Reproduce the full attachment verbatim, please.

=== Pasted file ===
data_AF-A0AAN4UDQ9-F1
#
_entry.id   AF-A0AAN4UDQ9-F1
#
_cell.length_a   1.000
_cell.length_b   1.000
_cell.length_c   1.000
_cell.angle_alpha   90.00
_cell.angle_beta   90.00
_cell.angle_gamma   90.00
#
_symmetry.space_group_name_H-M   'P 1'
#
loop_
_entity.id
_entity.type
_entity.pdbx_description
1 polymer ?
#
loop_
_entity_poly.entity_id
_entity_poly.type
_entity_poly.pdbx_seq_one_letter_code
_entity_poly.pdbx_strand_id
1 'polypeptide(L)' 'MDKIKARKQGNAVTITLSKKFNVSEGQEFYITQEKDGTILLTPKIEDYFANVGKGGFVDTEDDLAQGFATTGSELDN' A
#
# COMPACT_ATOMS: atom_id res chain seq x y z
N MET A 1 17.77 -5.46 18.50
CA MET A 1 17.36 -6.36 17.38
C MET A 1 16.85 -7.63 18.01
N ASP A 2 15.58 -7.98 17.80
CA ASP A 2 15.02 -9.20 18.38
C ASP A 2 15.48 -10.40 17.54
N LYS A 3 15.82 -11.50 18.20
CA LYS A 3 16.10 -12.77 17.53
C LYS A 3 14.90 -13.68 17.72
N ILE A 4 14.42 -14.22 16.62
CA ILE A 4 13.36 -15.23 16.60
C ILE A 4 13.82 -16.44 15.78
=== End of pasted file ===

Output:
data_AF-A0AAN4UDQ9-F1
#
_entry.id   AF-A0AAN4UDQ9-F1
#
_cell.length_a   1.000
_cell.length_b   1.000
_cell.length_c   1.000
_cell.angle_alpha   90.00
_cell.angle_beta   90.00
_cell.angle_gamma   90.00
#
_symmetry.space_group_name_H-M   'P 1'
#
loop_
_entity.id
_entity.type
_entity.pdbx_description
1 polymer ?
#
loop_
_entity_poly.entity_id
_entity_poly.type
_entity_poly.pdbx_seq_one_letter_code
_entity_poly.pdbx_strand_id
1 'polypeptide(L)' 'MDKIKARKQGNAVTITLSKKFNVSEGQEFYITQEKDGTILLTPKIEDYFANVGKGGFVDTEDDLAQGFATTGSELDN' A
#
# COMPACT_ATOMS: atom_id res chain seq x y z
N MET A 1 17.77 -5.46 18.50
CA MET A 1 17.36 -6.36 17.38
C MET A 1 16.85 -7.63 18.01
N ASP A 2 15.58 -7.98 17.80
CA ASP A 2 15.02 -9.20 18.38
C ASP A 2 15.48 -10.40 17.54
N LYS A 3 15.82 -11.50 18.20
CA LYS A 3 16.10 -12.77 17.53
C LYS A 3 14.90 -13.68 17.72
N ILE A 4 14.42 -14.22 16.62
CA ILE A 4 13.36 -15.23 16.60
C ILE A 4 13.82 -16.44 15.78